Mathematics Stack Exchange is a question and answer site for people studying math at any level and professionals in related fields. It's 100% free, no registration required.

Sign up
Here's how it works:
  1. Anybody can ask a question
  2. Anybody can answer
  3. The best answers are voted up and rise to the top

How can I show that the set of reals and the set of pairs of reals have the same cardinality?

I know that since reals are uncountable infinite, I can't create a list of reals and talk about the $i^{th}$ real mapping to the $i^{th}$ real pair. So how can I construct a one-to-one and onto mapping $f: \mathbb R \to \mathbb R^2$?

Thank You

share|cite|improve this question
Try playing around with decimal expansion. – Alex B. Oct 12 '11 at 4:05
It is easier to see with reals in $(0,1)$ and $(0,1) \times (0,1)$. Do you know that all the reals have the same cardinality as the reals in $(0,1)$? – Ross Millikan Oct 12 '11 at 4:14
Rather than explicitly constructing a bijection between $\mathbb R$ and $\mathbb R^2$, which can get a bit tricky, it may be easier to construct surjections in each direction (one is trivial) and apply the law of trichotomy (which holds for cardinality under AC). – Ilmari Karonen Oct 12 '11 at 5:12
This question is closely related:… – Martin Sleziak Oct 12 '11 at 6:51

If $a$ is the cardinality of $\mathbb N$, then we have $$2^a\cdot2^a=2^{a+a}=2^a.$$

share|cite|improve this answer
shouldn't 2^a+a = 2^(2a) ? – Jeff Oct 12 '11 at 4:54
Yes, we have $a+a=2a=a$ if $a$ is an infinite cardinal number. – Pierre-Yves Gaillard Oct 12 '11 at 4:55
alright, I see but how do i apply this concept to Reals and pairs of reals? – Jeff Oct 12 '11 at 6:15
@Pierre: To be exact, it is not always true that $x+x=x$ for infinite cardinals. However for $\aleph_0$ it is true that $\aleph_0+\aleph_0=\aleph_0$, even without the axiom of choice. – Asaf Karagila Oct 12 '11 at 7:12
Dear @Asaf: Thank you very much for your comment. I always take the axiom of choice for granted. (In fact I adhere to Bourbaki's set theory, and, as you certainly know much better than I, in this theory, the axiom of choice is not a separate axiom, but is "built in".) – Pierre-Yves Gaillard Oct 12 '11 at 8:52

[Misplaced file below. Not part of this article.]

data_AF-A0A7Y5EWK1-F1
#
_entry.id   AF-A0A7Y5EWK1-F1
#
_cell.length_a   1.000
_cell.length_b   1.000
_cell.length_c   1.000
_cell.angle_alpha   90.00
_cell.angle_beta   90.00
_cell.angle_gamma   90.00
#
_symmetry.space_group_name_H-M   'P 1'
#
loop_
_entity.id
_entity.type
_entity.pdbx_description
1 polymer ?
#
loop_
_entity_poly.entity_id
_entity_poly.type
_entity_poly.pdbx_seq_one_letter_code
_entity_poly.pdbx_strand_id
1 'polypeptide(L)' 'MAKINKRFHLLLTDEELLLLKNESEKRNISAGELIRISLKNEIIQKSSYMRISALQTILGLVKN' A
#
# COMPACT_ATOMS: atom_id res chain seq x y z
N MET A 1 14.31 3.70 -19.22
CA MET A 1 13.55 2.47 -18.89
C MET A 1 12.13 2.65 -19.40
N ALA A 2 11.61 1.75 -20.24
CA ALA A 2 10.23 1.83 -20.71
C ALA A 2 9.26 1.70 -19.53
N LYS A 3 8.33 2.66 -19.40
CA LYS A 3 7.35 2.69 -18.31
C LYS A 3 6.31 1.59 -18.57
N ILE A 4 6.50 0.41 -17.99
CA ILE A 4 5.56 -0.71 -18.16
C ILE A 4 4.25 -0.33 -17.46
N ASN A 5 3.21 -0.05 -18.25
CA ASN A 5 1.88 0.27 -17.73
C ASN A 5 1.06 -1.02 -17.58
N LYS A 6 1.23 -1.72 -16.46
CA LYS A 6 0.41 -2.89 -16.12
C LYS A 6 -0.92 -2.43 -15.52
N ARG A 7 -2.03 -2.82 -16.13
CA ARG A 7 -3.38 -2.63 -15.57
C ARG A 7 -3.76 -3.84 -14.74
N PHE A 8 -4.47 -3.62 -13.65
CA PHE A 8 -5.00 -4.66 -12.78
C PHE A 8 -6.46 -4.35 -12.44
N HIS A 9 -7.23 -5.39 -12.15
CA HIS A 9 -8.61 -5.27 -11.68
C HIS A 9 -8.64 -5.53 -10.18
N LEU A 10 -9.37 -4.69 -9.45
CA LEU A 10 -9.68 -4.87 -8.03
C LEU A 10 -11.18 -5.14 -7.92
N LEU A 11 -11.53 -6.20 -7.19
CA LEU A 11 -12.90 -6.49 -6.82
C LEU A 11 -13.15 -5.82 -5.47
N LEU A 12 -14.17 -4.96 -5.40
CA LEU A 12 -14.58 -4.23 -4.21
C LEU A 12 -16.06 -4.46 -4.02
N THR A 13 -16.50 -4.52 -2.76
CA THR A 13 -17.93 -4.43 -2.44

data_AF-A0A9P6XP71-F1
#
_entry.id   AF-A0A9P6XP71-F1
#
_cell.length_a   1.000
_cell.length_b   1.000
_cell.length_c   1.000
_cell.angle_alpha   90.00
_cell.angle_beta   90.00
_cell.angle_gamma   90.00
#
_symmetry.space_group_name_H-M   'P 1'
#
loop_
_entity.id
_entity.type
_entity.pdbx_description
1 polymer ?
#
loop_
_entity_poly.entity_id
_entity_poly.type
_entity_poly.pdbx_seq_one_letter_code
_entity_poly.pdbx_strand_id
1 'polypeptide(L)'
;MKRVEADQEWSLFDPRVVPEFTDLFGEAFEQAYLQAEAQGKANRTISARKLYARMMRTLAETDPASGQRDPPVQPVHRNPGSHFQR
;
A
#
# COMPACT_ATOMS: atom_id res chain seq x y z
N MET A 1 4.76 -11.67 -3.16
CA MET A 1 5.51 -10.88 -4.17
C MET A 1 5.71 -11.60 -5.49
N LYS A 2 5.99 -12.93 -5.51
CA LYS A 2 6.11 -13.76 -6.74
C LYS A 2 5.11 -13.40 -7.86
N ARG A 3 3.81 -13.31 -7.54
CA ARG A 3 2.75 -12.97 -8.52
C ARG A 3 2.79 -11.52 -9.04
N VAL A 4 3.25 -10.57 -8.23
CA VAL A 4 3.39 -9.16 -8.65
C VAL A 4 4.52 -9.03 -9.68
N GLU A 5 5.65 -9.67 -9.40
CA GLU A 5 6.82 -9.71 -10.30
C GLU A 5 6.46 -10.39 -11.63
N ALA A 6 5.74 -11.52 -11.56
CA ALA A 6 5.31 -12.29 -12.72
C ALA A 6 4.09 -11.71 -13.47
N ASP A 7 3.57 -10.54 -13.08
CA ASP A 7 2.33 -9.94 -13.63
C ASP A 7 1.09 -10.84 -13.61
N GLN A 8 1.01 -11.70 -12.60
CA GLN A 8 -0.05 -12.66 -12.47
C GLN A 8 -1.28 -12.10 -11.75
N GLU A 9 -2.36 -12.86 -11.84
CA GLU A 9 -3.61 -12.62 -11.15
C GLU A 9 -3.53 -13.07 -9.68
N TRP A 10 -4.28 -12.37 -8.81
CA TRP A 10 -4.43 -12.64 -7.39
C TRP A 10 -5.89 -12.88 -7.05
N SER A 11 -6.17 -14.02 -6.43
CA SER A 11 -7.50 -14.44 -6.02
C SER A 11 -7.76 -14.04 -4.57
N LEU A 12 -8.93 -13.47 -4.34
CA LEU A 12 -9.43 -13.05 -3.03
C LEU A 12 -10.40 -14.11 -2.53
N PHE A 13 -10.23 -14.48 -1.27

Let the binary expansions of $(x,y)\in[0,1)\times[0,1)$ be $$ \begin{array}{} x=\sum_{k=1}^\infty x_k2^{-k}&\text{and}&y=\sum_{k=1}^\infty y_k2^{-k} \end{array} $$ (finite where possible) where $(x_k,y_k)\in\{0,1\}\times\{0,1\}$. Define $f:[0,1)\times[0,1)\mapsto[0,1)$ by $$ f(x,y)=\sum_{k=1}^\infty x_k2^{1-2k}+y_k2^{-2k} $$ that is, $f(x,y)$ interleaves the bits of $x$ and $y$. It is easy to see that $f$ is injective, which means the cardinality of $[0,1)\times[0,1)$ is less than or equal to that of $[0,1)$.

Define $g:[0,1)\mapsto[0,1)\times[0,1)$ by $g(x)=(x,0)$. $g$ is injective.

Use the Cantor-Bernstein-Schroeder Theorem to get the existence of a bijection between $[0,1)\times[0,1)$ and $[0,1)$.

share|cite|improve this answer
so R^2 doesn't literaly mean R^2, by R^2 it refers to pairs of Reals. I need to construct the mapping between the reals to pairs of reals. – Jeff Oct 12 '11 at 5:57
@Jeff: what is the difference between $\mathbb{R}^2$ and pairs of reals? $(x,y)\in[0,1)\times[0,1)$ is another way of saying $x\in[0,1)$ and $y\in[0,1)$. – robjohn Oct 12 '11 at 6:06

Your Answer


By posting your answer, you agree to the privacy policy and terms of service.

Not the answer you're looking for? Browse other questions tagged or ask your own question.